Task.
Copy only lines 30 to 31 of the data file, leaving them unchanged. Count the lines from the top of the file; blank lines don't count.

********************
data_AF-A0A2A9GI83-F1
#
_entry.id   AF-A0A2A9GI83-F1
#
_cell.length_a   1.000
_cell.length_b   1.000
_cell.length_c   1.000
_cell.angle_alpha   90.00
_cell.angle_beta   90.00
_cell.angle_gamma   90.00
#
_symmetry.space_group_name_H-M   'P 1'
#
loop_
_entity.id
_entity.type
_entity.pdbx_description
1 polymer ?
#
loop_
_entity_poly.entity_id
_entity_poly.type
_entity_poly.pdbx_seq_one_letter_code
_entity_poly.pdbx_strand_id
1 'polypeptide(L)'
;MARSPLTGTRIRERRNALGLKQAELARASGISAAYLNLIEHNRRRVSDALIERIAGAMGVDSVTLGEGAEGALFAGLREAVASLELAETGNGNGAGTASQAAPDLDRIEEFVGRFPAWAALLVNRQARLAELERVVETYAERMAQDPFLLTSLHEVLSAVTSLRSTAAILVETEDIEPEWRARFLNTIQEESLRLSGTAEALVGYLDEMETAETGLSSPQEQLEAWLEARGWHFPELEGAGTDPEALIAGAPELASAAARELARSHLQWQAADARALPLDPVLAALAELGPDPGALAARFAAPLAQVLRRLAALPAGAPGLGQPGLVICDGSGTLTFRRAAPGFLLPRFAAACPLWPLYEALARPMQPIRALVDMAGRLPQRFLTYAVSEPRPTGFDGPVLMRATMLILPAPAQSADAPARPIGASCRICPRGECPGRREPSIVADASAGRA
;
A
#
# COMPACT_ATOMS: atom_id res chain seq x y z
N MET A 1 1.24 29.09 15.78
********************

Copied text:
# COMPACT_ATOMS: atom_id res chain seq x y z
N MET A 1 1.24 29.09 15.78